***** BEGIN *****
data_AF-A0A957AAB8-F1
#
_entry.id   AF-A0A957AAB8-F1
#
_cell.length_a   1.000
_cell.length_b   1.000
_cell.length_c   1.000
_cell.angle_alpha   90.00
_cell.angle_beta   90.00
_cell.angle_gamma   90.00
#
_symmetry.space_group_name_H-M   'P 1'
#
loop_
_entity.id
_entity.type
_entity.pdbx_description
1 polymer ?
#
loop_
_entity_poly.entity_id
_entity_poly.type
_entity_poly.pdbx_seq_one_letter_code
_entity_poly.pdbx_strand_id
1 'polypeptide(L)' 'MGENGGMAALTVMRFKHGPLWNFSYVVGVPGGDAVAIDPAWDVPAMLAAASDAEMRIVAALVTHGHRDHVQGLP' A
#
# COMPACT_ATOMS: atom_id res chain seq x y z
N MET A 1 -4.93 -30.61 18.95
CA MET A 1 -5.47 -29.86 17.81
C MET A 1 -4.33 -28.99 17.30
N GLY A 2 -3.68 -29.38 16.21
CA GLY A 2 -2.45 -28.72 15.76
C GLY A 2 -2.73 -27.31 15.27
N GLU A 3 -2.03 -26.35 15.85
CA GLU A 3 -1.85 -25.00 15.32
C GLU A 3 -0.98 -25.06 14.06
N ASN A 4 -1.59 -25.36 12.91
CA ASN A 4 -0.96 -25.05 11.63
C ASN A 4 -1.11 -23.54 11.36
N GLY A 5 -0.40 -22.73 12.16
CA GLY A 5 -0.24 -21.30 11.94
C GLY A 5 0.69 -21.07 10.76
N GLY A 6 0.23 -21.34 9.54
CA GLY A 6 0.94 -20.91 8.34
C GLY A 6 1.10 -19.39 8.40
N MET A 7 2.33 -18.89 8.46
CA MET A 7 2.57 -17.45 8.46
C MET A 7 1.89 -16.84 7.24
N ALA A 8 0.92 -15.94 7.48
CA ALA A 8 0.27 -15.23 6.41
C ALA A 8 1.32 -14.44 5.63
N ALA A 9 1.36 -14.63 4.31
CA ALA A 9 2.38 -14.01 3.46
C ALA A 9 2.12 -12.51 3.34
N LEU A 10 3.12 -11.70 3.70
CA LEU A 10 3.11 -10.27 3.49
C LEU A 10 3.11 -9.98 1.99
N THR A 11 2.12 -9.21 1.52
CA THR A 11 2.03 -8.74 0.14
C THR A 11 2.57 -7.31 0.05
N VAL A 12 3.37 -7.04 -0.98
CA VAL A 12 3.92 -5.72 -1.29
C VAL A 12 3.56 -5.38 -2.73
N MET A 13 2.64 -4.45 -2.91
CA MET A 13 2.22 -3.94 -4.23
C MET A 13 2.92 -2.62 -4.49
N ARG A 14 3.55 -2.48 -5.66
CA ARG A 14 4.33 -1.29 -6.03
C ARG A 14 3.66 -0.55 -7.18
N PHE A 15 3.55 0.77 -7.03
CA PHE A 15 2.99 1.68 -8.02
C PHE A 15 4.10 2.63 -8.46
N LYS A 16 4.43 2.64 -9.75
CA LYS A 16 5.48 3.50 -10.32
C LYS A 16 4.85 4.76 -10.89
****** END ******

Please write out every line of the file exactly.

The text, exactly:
data_AF-A0A957AAB8-F1
#
_entry.id   AF-A0A957AAB8-F1
#
_cell.length_a   1.000
_cell.length_b   1.000
_cell.length_c   1.000
_cell.angle_alpha   90.00
_cell.angle_beta   90.00
_cell.angle_gamma   90.00
#
_symmetry.space_group_name_H-M   'P 1'
#
loop_
_entity.id
_entity.type
_entity.pdbx_description
1 polymer ?
#
loop_
_entity_poly.entity_id
_entity_poly.type
_entity_poly.pdbx_seq_one_letter_code
_entity_poly.pdbx_strand_id
1 'polypeptide(L)' 'MGENGGMAALTVMRFKHGPLWNFSYVVGVPGGDAVAIDPAWDVPAMLAAASDAEMRIVAALVTHGHRDHVQGLP' A
#
# COMPACT_ATOMS: atom_id res chain seq x y z
N MET A 1 -4.93 -30.61 18.95
CA MET A 1 -5.47 -29.86 17.81
C MET A 1 -4.33 -28.99 17.30
N GLY A 2 -3.68 -29.38 16.21
CA GLY A 2 -2.45 -28.72 15.76
C GLY A 2 -2.73 -27.31 15.27
N GLU A 3 -2.03 -26.35 15.85
CA GLU A 3 -1.85 -25.00 15.32
C GLU A 3 -0.98 -25.06 14.06
N ASN A 4 -1.59 -25.36 12.91
CA ASN A 4 -0.96 -25.05 11.63
C ASN A 4 -1.11 -23.54 11.36
N GLY A 5 -0.40 -22.73 12.16
CA GLY A 5 -0.24 -21.30 11.94
C GLY A 5 0.69 -21.07 10.76
N GLY A 6 0.23 -21.34 9.54
CA GLY A 6 0.94 -20.91 8.34
C GLY A 6 1.10 -19.39 8.40
N MET A 7 2.33 -18.89 8.46
CA MET A 7 2.57 -17.45 8.46
C MET A 7 1.89 -16.84 7.24
N ALA A 8 0.92 -15.94 7.48
CA ALA A 8 0.27 -15.23 6.41
C ALA A 8 1.32 -14.44 5.63
N ALA A 9 1.36 -14.63 4.31
CA ALA A 9 2.38 -14.01 3.46
C ALA A 9 2.12 -12.51 3.34
N LEU A 10 3.12 -11.70 3.70
CA LEU A 10 3.11 -10.27 3.49
C LEU A 10 3.11 -9.98 1.99
N THR A 11 2.12 -9.21 1.52
CA THR A 11 2.03 -8.74 0.14
C THR A 11 2.57 -7.31 0.05
N VAL A 12 3.37 -7.04 -0.98
CA VAL A 12 3.92 -5.72 -1.29
C VAL A 12 3.56 -5.38 -2.73
N MET A 13 2.64 -4.45 -2.91
CA MET A 13 2.22 -3.94 -4.23
C MET A 13 2.92 -2.62 -4.49
N ARG A 14 3.55 -2.48 -5.66
CA ARG A 14 4.33 -1.29 -6.03
C ARG A 14 3.66 -0.55 -7.18
N PHE A 15 3.55 0.77 -7.03
CA PHE A 15 2.99 1.68 -8.02
C PHE A 15 4.10 2.63 -8.46
N LYS A 16 4.43 2.64 -9.75
CA LYS A 16 5.48 3.50 -10.32
C LYS A 16 4.85 4.76 -10.89